US 7207020 B1 Abstract A method for designing a system includes generating minimum and maximum delay budgets for connections from long-path and short-path timing constraints. The system is designed in response to the minimum and maximum delay budgets.
Claims(49) 1. A method for designing a system, comprising:
generating minimum delay budgets for connections from short-path timing constraints, wherein generating the minimum delay budgets for connections comprises allocation of positive and negative slack using successive-over-relaxation where more slack than is available is allocated; and
designing the system in response to the minimum delay budgets.
2. The method of
performing short-path timing analysis to determine short-path slack values; and
allocating the short-path slack values determined by the short-path timing analysis.
3. The method of
4. A method for designing a system, comprising:
generating maximum delay budgets for connections from long-path timing constraints, wherein generating the maximum delay budgets for connections comprises allocation of positive and negative slack using successive-over-relaxation where more slack than is available is allocated; and
designing the system in response to the maximum delay budgets.
5. The method of
performing long-path timing analysis to determine long-path slack values; and
allocating the long-path slack values determined by the long-path timing analysis.
6. The method of
7. A method for designing a system, comprising:
generating minimum and maximum delay budgets for connections from long-path and short-path timing constraints, wherein for each connection the minimum and maximum delay budgets are determined such that at least one of the minimum delay budgets and maximum delay budgets is determined with consideration of the other; and
designing the system in response to the minimum and maximum delay budgets.
8. The method of
9. The method of
10. The method of
performing long-path timing analysis to determine long-path slack values;
allocating the long-path slack values determined by the long-path timing analysis;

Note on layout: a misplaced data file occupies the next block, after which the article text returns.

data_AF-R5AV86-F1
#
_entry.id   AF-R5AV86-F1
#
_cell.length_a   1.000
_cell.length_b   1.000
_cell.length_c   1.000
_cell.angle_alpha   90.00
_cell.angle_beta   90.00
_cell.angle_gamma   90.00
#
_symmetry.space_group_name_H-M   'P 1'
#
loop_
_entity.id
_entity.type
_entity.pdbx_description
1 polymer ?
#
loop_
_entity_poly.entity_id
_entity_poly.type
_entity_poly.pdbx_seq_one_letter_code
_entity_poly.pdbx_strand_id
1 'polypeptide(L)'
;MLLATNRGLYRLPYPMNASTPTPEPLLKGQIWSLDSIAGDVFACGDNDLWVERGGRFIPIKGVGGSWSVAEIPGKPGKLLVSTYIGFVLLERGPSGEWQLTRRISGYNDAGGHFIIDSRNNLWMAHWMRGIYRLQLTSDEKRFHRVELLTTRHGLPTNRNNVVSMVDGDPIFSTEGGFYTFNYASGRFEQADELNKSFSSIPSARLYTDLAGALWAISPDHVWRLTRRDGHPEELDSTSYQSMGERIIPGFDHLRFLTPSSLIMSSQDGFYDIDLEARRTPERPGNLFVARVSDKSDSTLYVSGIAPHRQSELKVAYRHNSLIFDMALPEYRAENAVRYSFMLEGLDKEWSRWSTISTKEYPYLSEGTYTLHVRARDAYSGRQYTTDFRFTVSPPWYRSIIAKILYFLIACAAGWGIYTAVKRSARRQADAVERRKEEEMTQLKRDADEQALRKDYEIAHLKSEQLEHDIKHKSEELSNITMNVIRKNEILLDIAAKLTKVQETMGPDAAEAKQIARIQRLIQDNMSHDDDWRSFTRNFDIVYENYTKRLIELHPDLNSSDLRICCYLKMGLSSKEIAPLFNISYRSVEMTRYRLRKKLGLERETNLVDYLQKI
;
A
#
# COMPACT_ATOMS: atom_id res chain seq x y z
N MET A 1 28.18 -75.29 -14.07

performing short-path timing analysis to determine short-path slack values; and
allocating the short-path slack values determined by the short-path timing analysis.
11. The method of
12. The method of
13. The method of
14. The method of
15. The method of
16. The method of
17. The method of
18. The method of
performing short-path timing analysis to determine short-path slack values;
fixing any short-path timing constraint violations determined by the short-path timing analysis;
performing long-path timing analysis to determine long-path slack values; and
fixing any long-path timing constraint violations determined by the long-path timing analysis.
19. The method of
20. The method of
21. The method of
22. The method of
23. The method of
24. The method of
25. The method of
26. The method of
27. The method of
28. The method of
29. The method of
30. The method of
31. The method of
32. The method of
33. The method of
34. The method of
35. The method of
36. The method of
37. The method of
38. The method of
39. The method of
40. The method of
41. A machine-readable medium having stored thereon sequences of instructions, the sequences of instructions including instructions which, when executed by a processor, causes the processor to perform:
generating minimum and maximum delay budgets for connections from long-path and short-path timing constraints, wherein for each connection the minimum and maximum delay budgets are determined such that at least one of the minimum delay budgets and maximum delay budgets is determined with consideration of the other; and
designing a system in response to the minimum and maximum delay budgets.
42. The machine-readable medium of
43. The machine-readable medium of
performing short-path timing analysis to determine short-path slack values;
fixing any short-path timing constraint violations determined by the short-path timing analysis;
performing long-path timing analysis to determine long-path slack values; and
fixing any long-path timing constraint violations determined by the long-path timing analysis.
44. The machine-readable medium of
45. The machine-readable medium of
46. The machine-readable medium of
47. The machine-readable medium of
performing long-path timing analysis to determine long-path slack values;